Eating for health, taste and budget

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Step 1.

    • Plan ahead before you shop.
    • Plan meals and snacks for the week according to a budget

  • Find quick and easy recipes online.
  • Include meals that will “stretch” expensive food items (stews, casseroles, stir-fries).
  • Make a grocery list.
  • Check for sales and coupons in the local paper or online and consider discount stores.
  • Ask about a loyalty card at your grocery store

Step 2.

  • Shop to get the most value out of your budget.
  • Buy groceries when you are not hungry and when you are not too rushed.
  • Remember to purchase refrigerated and freezer food items last and store them promptly when you get home.
  • Proper refrigeration will help food last longer.
  • Stick to the grocery list, and stay out of the aisles that don’t contain things on your list.
  • Cut coupons from newspaper circulars or online and bring them to the store with you.
  • Try to combine coupons with items on sale for more savings!
  • Find and compare unit prices listed on shelves to get the best price.
  • Buy store brands if cheaper
  • Purchase some items in bulk or as family packs, which usually cost less.
  • Choose fresh fruits and vegetables in season; buy canned vegetables with less salt.
  • Pre-cut fruits and vegetables, individual cups of yogurt, and instant rice and hot cereal are convenient, but usually cost more.

Good low-cost items year-round include:

  • Protein: beans (garbanzo, black, kidney, northern, lima)
  • Vegetables: carrots, greens, potatoes
  • Fruit: apples, bananas, 100% frozen orange juice
  • Grains: brown rice, oats
  • Dairy: fat-free or low-fat (1%) milk

Step 3.

  • Make cost-cutting meals.
  • Some meal items can be prepared in advance; precook on days when you have time.
  • Double or triple up on recipes and freeze meal-sized containers of soups and casseroles or divide into individual portions and freeze.
  • Try a few meatless meals by featuring beans and peas, or try “no-cook” meals like salads.
  • Incorporate leftovers into a meal later in the week.

Author: Bibian Okoye

A Retired Chief Nursing Officer, PGDip IHM

6 thoughts on “Eating for health, taste and budget”

  1. Hello Bibian. That was a quick but awesome piece on eating for health, taste and budget. I’m glad this article helps us spend less for our meals, have healthy meals and of course more importantly for me, great taste.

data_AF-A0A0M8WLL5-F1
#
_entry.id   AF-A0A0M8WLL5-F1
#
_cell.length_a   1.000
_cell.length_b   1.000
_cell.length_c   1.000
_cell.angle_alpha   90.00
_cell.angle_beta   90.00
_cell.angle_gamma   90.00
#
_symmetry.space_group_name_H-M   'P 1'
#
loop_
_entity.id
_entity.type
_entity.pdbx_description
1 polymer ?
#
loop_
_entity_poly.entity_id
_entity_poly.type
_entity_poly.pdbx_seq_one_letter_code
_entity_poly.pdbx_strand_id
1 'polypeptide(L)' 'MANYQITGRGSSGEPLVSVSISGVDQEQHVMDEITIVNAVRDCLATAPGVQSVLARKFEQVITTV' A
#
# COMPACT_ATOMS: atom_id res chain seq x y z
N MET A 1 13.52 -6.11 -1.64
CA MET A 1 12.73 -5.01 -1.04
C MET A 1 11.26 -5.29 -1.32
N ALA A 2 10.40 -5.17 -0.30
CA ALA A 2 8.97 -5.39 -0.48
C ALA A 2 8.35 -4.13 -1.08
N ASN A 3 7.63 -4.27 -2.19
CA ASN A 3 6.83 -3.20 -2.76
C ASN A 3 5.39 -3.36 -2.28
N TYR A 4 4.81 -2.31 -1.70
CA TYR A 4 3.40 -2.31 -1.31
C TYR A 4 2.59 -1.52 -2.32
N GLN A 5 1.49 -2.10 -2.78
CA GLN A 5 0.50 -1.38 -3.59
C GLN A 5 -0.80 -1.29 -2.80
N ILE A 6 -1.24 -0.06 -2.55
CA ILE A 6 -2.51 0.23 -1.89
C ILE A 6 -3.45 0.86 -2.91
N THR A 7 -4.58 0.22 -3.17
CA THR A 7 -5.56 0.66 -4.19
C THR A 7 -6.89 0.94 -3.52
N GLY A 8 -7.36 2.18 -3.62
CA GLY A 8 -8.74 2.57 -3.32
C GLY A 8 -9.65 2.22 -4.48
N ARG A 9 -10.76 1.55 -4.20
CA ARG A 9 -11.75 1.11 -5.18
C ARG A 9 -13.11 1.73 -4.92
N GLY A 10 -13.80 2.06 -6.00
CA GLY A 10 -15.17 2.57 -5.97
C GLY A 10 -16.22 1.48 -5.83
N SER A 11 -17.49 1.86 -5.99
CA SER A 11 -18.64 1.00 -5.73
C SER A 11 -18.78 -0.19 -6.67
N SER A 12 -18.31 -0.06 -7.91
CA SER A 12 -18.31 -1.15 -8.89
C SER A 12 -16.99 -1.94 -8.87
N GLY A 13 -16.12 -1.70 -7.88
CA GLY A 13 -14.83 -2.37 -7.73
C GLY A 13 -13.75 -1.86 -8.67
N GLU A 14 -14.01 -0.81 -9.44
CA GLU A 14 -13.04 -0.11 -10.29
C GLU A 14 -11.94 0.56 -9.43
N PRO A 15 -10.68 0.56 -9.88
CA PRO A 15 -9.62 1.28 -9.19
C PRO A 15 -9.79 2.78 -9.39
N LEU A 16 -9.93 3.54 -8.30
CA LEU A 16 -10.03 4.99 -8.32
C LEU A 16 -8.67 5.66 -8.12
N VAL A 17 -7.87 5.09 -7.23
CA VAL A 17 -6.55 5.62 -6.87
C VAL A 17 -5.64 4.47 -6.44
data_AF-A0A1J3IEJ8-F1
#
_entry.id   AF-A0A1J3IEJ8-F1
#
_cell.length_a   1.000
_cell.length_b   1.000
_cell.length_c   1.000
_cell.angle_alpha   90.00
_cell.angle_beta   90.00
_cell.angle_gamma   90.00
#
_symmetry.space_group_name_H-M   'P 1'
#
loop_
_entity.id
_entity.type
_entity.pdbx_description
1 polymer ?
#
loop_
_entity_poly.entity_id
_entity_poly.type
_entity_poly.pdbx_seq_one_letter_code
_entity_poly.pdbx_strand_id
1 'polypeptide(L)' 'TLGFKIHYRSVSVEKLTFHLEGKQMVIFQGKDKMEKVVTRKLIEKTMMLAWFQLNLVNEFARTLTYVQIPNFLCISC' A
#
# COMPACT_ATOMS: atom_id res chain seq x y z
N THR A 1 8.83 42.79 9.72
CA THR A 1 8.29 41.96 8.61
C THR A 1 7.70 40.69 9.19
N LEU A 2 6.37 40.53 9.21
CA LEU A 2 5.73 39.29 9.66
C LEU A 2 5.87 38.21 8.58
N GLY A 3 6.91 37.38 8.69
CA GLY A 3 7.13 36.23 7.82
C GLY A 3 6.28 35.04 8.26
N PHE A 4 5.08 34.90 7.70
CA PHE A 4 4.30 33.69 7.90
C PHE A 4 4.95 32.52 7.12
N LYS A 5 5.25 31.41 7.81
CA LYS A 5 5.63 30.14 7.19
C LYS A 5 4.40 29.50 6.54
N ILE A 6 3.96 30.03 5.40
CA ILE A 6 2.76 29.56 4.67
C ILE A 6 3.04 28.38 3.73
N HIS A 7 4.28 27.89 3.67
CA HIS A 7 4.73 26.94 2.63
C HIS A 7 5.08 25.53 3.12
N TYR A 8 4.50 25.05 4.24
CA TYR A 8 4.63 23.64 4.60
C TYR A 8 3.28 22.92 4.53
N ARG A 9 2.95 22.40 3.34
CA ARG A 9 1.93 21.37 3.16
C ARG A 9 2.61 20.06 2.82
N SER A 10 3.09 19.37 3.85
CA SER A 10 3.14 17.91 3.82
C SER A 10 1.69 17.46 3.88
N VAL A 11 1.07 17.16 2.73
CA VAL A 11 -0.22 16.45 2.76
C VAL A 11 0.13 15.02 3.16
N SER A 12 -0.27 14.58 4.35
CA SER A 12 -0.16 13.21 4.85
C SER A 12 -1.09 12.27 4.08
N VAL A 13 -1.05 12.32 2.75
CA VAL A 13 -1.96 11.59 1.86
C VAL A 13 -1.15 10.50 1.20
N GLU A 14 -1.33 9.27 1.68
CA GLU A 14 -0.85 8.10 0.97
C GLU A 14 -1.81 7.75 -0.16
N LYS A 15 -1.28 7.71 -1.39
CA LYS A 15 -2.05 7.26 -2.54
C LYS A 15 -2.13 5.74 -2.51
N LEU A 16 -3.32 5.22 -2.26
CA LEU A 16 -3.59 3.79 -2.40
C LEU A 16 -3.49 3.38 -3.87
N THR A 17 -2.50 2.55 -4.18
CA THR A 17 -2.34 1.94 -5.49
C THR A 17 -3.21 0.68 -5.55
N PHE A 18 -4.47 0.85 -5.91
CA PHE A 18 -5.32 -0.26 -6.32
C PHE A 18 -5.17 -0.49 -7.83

Some of my favourites are beans and potatoes… I always enjoy having a combination of these two and of course it’s not expensive but healthy.

    1. Beans and potatoes are two great meals and also very economical but also having a food plan is necessary because you won’t be eating beans and potatoes daily. So there are still some low cost meal you can eat that will help nourish your body

  2. I wrote and article on this also called, eating healthy on a budget. We all can agree that to eat healthy is pretty costly and can really be a drain on your wallets but by getting smart by putting a plan together can put you in the best position where you can plan you meals in such a way where you will be able to eat healthy and still have a saving. What you have written will be a good help to your readers.

    1. Thanks Norman . I know  I had come across your article beforePutting together a healthy meal now is very expensive but we can always makes plans and still minimize cost

  3. I like how you structured the content on steps, it makes it easy to plan your time and budget. I always plan the mealsin advance and prepare a shopping list and of course, hunting the offers and discount coupons 🙂 Like yesterday, I went to the shop where I’m a loyalty member, and I saved $25 on a whole shop. I am a loyalty member at the shops where I buy and take advantage of the offers.

    Thank you for an educative article.

    1. Wow that’s awesome.. at least it gives you an extra fund to use for other expenses or to use for the next meal. I’m glad that you found this post very helpful

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